Sunday, August 26, 2012

Around the Farm Part 2

Now for part 2 of this awfully long post. You can find part one here.  Back to all that zucchini. You all are probably getting tired of hearing about zucchini, but this is a first for me and I want to remember what I did with it next year. First, I made stuffed zucchini with the smaller ones. A dear friend had given me some small zucchinis from her garden and I had a few smaller ones as well. So I made greek stuffed zucchini.

I just cut them in half lengthwise. Then I scooped out the insides. I chopped up the insides and cooked them in some oil with salt, pepper, garlic powder, greek seasoning and onions.

I added this to a mixture of bread crumbs. Which I made with my coffee grinder. I love this tool. I even use it to grind my 7 grain cereal that I add to my homemade bread. My hubby doesn't love multi grain bread and the pearl barley hurts my teeth when I bite into it, so grinding it up is a great solution. I like that it doesn't grind it all to powder, we still get some bigger grains. I also added chopped tomatoes, feta cheese and copped frozen lambs quarters. You would use lambs quarters as you would spinach. It is a weed, but it is wonderful. I only picked this one package this year. You can see my post about lambs quarters here.  Then I stuffed the zucchini halves and baked them at 350 degrees for about 35-40 mins. Then I froze them on a cookie sheet and then put them in a zip lock bag.

Bread crumbs, feta, tomatoes and "spinach" for stuffed zucchini

I also made a big stock pot full of Italian Beef and Zucchini Soup. I divided it up between 5 zip lock bags and froze them. When we eat this, I will add cooked macaroni.

My favorite thing I made with the zucchini was Sweet Relish.  It is SO GOOD! We go through a lot of relish on hot dogs and hamburgers and this is so much better than the no name stuff I always buy. I have just enough zucchini left to make one more batch, which will make 11 pints altogether. Just enough to last a year. If I knew how easy and good this relish would be, I would have tried harder to grow zucchini other years. I looked on the internet for a recipe and put together one from looking at a few.

This is the recipe I used;
12 c shredded zucchini
4 c onion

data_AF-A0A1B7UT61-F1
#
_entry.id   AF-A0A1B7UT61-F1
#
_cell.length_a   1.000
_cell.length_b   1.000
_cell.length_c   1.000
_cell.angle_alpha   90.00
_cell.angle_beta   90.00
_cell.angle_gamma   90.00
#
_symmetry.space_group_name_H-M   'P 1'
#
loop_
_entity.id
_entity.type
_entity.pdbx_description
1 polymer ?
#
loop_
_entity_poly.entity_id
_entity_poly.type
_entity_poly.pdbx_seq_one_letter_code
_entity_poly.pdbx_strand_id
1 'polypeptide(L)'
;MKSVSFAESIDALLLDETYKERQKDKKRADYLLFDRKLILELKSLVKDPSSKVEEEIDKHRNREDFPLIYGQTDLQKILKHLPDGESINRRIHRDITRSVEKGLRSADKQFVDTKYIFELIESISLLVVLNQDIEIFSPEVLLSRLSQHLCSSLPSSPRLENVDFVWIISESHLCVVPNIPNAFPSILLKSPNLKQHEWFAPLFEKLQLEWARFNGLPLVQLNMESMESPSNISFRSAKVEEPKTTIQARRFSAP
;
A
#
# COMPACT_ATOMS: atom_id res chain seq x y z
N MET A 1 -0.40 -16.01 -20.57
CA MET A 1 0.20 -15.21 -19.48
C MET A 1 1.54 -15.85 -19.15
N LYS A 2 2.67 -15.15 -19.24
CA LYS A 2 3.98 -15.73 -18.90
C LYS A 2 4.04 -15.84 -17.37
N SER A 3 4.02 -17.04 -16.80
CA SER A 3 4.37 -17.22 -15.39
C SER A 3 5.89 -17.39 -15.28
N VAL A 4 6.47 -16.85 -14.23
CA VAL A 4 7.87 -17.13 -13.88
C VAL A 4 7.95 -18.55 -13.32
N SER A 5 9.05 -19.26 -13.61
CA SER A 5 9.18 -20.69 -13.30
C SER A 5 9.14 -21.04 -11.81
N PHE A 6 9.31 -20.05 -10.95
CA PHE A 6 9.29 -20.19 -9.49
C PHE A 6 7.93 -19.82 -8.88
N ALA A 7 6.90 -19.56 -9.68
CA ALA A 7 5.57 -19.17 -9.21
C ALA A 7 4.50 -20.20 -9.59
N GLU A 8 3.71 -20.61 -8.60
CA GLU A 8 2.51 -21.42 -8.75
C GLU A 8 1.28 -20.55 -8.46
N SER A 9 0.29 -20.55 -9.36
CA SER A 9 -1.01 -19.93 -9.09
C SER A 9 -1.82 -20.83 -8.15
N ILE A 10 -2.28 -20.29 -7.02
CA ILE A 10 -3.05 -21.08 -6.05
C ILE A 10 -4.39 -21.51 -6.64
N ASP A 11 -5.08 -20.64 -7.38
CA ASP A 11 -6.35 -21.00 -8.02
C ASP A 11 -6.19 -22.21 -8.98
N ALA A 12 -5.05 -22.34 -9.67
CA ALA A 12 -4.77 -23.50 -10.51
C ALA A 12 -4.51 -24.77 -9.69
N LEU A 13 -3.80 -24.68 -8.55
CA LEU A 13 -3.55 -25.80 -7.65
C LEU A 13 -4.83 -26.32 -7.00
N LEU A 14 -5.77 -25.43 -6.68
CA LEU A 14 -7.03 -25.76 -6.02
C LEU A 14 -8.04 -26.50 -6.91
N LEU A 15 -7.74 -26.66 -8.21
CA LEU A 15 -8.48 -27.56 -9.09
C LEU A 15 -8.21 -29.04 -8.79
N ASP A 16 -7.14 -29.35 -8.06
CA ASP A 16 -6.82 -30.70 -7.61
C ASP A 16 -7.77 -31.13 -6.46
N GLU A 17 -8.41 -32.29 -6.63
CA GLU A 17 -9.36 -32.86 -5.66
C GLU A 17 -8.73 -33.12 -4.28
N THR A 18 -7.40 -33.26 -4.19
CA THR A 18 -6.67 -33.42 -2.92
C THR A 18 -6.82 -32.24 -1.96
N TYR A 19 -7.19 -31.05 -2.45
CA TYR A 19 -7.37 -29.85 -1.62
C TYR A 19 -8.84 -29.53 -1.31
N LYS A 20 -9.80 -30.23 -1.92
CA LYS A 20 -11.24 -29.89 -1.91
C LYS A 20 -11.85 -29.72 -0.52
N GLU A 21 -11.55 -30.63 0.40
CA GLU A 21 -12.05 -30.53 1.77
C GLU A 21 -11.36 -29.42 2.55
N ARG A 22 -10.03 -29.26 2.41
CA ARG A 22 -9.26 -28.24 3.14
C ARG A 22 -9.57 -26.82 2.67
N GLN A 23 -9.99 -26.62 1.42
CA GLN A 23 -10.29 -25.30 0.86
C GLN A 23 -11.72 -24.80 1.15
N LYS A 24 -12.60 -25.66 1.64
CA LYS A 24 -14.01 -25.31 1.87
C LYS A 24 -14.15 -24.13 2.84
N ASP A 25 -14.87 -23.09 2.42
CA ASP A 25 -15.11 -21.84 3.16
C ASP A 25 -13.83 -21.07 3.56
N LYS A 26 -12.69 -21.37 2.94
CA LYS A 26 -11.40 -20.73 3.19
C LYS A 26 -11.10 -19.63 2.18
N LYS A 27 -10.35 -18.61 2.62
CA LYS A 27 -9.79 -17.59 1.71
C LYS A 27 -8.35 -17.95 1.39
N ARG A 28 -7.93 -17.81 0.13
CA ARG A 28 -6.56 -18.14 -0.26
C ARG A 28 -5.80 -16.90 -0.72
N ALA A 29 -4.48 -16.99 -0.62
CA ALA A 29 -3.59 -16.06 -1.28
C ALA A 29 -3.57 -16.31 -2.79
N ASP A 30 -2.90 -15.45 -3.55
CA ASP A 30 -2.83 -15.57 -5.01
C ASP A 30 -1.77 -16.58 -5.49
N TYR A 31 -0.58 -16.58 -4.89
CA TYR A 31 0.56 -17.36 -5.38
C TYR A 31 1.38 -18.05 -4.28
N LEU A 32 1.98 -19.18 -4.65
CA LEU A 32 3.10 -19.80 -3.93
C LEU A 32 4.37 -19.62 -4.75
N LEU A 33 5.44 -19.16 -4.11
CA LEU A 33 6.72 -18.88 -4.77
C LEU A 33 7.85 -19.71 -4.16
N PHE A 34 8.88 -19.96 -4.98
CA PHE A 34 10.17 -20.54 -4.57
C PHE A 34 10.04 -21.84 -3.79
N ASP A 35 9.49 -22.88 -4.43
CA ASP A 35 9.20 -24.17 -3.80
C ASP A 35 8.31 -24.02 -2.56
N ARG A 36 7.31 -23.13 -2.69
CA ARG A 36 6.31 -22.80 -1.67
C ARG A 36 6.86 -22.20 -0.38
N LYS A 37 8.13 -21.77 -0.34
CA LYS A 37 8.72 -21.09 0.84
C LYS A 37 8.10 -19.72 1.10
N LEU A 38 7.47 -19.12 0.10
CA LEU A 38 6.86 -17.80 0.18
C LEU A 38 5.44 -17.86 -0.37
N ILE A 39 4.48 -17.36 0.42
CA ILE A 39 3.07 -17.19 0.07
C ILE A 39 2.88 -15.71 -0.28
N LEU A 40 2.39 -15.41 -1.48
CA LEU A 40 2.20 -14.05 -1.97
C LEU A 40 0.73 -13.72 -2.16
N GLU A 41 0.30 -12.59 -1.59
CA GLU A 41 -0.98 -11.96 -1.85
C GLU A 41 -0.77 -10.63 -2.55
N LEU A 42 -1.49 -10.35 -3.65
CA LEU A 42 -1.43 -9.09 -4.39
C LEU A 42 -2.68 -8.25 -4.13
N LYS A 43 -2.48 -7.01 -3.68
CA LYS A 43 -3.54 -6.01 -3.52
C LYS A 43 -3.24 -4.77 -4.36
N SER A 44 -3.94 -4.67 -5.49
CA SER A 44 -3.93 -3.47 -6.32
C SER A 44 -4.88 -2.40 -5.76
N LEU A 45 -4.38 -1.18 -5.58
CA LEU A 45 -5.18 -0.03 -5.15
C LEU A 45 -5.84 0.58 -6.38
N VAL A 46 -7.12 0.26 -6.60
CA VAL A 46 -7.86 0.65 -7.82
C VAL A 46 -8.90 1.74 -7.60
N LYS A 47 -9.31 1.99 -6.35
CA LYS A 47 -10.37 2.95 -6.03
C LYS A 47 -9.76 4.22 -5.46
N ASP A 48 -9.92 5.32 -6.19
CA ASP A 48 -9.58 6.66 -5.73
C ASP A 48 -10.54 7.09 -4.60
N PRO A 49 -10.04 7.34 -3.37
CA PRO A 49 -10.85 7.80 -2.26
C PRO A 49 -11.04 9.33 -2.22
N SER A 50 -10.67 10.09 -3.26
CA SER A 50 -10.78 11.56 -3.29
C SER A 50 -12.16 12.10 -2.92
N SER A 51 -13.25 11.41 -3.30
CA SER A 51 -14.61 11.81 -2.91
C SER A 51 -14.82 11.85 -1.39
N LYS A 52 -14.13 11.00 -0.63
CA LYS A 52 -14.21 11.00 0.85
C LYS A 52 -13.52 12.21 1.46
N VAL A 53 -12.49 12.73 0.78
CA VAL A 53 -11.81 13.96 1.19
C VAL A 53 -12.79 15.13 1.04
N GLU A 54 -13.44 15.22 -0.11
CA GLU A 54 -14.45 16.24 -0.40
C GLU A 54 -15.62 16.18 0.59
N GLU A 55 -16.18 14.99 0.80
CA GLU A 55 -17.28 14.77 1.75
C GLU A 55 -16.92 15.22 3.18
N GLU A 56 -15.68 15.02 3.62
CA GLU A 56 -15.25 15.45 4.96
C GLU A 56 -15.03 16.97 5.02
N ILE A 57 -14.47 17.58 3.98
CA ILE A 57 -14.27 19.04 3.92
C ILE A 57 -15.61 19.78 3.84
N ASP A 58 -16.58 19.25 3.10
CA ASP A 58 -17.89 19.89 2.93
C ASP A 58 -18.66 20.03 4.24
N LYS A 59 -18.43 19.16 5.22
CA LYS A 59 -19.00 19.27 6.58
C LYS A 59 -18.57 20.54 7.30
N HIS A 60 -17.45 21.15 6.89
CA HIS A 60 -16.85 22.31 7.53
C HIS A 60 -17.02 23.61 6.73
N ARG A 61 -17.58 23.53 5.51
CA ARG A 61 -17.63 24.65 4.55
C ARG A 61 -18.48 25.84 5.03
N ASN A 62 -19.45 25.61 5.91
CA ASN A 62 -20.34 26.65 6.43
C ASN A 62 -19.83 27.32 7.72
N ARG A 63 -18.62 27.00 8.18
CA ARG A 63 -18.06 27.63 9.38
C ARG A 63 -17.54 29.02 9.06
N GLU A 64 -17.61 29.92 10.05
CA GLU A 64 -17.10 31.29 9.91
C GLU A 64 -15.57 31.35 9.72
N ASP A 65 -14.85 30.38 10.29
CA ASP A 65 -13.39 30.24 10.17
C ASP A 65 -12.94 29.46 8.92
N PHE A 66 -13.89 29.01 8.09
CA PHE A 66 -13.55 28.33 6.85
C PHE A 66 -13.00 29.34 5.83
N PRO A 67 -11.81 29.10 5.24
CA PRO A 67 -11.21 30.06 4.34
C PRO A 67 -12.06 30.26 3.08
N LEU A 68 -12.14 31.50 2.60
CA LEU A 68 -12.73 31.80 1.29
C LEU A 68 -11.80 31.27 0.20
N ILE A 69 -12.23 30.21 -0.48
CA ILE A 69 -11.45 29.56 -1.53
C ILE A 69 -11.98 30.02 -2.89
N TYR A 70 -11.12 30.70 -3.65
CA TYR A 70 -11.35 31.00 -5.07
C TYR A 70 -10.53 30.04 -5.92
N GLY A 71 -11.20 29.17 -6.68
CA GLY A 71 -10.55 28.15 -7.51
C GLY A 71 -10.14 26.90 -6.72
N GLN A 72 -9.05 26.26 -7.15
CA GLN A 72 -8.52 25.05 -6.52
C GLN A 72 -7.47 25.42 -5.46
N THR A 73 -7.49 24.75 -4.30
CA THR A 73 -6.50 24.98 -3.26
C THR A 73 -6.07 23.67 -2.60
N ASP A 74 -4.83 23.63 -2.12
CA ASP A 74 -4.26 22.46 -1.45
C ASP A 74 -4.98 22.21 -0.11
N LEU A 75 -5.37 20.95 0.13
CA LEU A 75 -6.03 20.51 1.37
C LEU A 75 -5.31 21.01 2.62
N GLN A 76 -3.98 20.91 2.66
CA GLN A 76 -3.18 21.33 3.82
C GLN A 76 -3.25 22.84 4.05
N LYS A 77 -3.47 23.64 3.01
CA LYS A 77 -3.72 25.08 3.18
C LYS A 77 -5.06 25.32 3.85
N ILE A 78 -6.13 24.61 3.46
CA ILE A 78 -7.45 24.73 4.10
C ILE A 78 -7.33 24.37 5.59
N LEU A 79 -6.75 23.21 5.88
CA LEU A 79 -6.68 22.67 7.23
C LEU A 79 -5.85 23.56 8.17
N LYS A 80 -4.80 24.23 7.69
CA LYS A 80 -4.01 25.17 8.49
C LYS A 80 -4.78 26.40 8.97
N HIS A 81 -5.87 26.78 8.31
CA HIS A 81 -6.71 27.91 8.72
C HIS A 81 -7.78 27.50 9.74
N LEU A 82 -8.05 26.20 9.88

5 Tbsp canning salt
Mix all these in a non-metallic bowl. Cover and let sit over night in the fridge. The next day, rinse and squeeze out the water.

Then place the following in a big pot;
1 red pepper, chopped
1 green pepper, chopped
5 c sugar
3 c vinegar
1 Tbsp cornstarch
2 tsp dry mustard (I am going to use mustard seed in my next batch instead)
1 tsp turmeric
2 tsp celery seed
1 tsp pepper
3/4 tsp nutmeg. 

Add the zucchini and bring to a boil. Simmer for 30 mins. Pack in 5 sterilized pint jars and process in a hot water bath for 30 mins. I processed mine for 35 mins because of our higher altitude.

Now onto a new subject.  Our neighbour called and asked if we could use some apples. Well our trees don't have that much on them, so I jumped at the chance to go pick some.  Rebekah is in the picture below peeling an apple. I was able to make 4 apple crisps - one to eat that night and 3 big ones for the freezer. Our neighbour told me that her apples cooked up mushy, so that is why I made crisps out of them. She said we could come get more, which I might do so I can make fruit leather.

The kids and I also went into town to pick chokecherries. They grow along the river there. We picked enough to make 8 cups of juice. I already used 2 cups to make a batch of Crab Apple Chokecherry Jelly- a favorite in our house.

We have had other vegetables from our garden too, such as sweet corn. This corn is so incredibly sweet and it grows so well. I always plant Earlivee corn.  We picked it all and processed it. We only enjoyed 15 corn on the cobs. I wanted to get as much as I could into the freezer for winter. We eat corn about 5 nights per week.  I always cut the corn off the cob first and then boil it. We were able to put up 8 lbs of corn kernels. I have more growing in one of our pumpkin patches, but I'm not sure how well it has done.

Our neighbour that had the apples also had sour cherries. I have never had these before or used them in baking. We picked a box full. I am just pitting them and freezing for now. I think I would like to make some cherry pies.  If anyone has a great pie recipe or any other recipes that use sour cherries, could you leave a comment with a link or the recipe? I would really appreciate it.

So, now we will continue with the harvest. I look forward to pickling my beets and the cucumbers my friend gave me this week.

This post is linked up to Homestead Revival Barn Hop #76


  1. I found you on the Barn hop:) Just a quick note. My daughter and I usually can the cherries in a simple syrup and use them in our pies. We usually use a little almond extract in our filling for a nice change. Have a great week!

  2. Ohhhh you are sooo lucky. Sour cherries make the BEST JAM ever! To die for...I have not had it in years but it is my absolute favorite!

  3. Thank you Amanda and Inag for your suggestions. They sound really good.

  4. I love it arond the farm ben .

    1. Ben, I am so glad you love it on the farm. I love you, sweety.

  5. I LOVE pie cherries. Pie is good, but cobbler is easier. I posted my recipe here:

    I try to can at least 12-24 quarts of pie cherries a year.